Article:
State leaders struggling to raise dental Medicaid rates

There’s a push in the Nebraska Legislature to substantially increase Medicaid funding and raise the reimbursement rates, but so far it hasn’t succeeded.

Sen. Lynne Walz, Democrat from Fremont, introduced a bill in January that would increase dental services reimbursement under the Medical Assistance Act by 25%. The increase would cost roughly $6 million.

The proposed increase would raise reimbursements on average to match one of the state’s lowest private insurance plans, Ameritas, said David O’Doherty, Executive Director of the Nebraska Dental Association in an email.

Sophia Pankrats, a dental student at the University of Nebraska Medical Center’s College of Dentistry in Lincoln, testified in support of the bill in February. At the hearing, she said she hopes to practice in rural Nebraska, treating underserved children, but she is worried about balancing her student loans and the costs of owning a practice.

“I’m eager to see patients from my community that have the greatest needs and may not be able to care for themselves,” Pankrats testified to the Legislature’s Health and Human Services Committee. “However, with the current reimbursement … I’m concerned I will not be able to include them in my practice.”

The committee unanimously voted for LB 358, sending it to the full Legislature, but it has not yet been debated on the floor. The bill is on general file and can be brought up for debate during the 2024 session, a representative from Walz’s office said. 

In the 2023-2025 Biennium budget, all Medicaid reimbursement rates were increased by 3% for FY 2023-24, but Gov. Jim Pillen used a line item veto to remove a 2% rate increase for the second fiscal year. 

With the 3% rate adjustment, Nebraska Medicaid will still reimburse dentists at a rate that is lower on average both in-state private insurance and most neighboring states’ Medicaid rates.

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“The request for the [25%] fee increase would still make Medicaid our lowest payer, but at least it would allow us to … to see those kids, maybe keep more kids out of the operating room,” said Dr. Jessica Meeske, Hastings pediatric dentist, at the February hearing.

By Destiny Herbers

Destiny is a graduate of the Howard Center for Investigative Journalism at the University of Maryland, where she earned her master’s degree in journalism. She received her bachelor’s degree in communication from Alma College in Michigan, and spent summers interning in Sierra Leone and India. While at UMD, she covered NASA and Congress for the school’s Capital News Service, reporting everything from cheese served at state dinners to future missions to Mars. She contributed research to the Howard Center’s award-winning project, “Mega Billons,” an investigation of state lotteries, and was part of an ongoing Associated Press investigation into law enforcement practices. When she isn’t reporting, Destiny loves swing dancing and thrift shopping.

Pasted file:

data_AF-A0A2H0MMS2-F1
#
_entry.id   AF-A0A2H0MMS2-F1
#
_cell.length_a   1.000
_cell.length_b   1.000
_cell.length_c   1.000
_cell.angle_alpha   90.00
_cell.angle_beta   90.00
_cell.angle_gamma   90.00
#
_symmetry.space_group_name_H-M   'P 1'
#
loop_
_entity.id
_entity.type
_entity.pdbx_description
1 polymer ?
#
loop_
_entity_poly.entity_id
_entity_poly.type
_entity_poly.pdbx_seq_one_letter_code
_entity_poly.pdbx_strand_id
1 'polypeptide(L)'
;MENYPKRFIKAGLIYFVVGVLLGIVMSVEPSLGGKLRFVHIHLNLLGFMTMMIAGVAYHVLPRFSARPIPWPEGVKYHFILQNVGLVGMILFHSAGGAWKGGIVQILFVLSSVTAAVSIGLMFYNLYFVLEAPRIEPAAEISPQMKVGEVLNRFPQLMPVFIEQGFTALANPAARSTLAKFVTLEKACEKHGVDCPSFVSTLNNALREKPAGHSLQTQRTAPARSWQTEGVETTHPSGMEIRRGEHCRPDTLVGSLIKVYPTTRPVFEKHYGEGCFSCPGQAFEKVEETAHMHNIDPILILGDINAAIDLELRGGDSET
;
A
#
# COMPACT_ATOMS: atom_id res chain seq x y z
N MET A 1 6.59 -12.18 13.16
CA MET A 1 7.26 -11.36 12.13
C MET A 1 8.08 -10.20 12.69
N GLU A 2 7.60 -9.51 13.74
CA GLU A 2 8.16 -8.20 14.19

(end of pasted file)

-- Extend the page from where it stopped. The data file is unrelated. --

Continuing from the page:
1 Comment

I was on Medicaid prior to 2017 when they actually started to cover dental. I have type 1 diabetes and multiple sclerosis. It was hard then to get approval for them to cover dental for me to go every three months but it seemed even harder to get coverage when they started to cover dental with MCNA dental. I think my dentist had to send in a prior authorization 3 times to get approval. It was harder than working with just the state.
Medicaid itself was a disaster to work with before changes were made when the expansion started. It has gotten so much better but in my opinion, still has its issues. Have more to write on this subject, but I’ll stop here. Thank you for bringing this to light. People don’t really care unless they’ve experienced it themselves.



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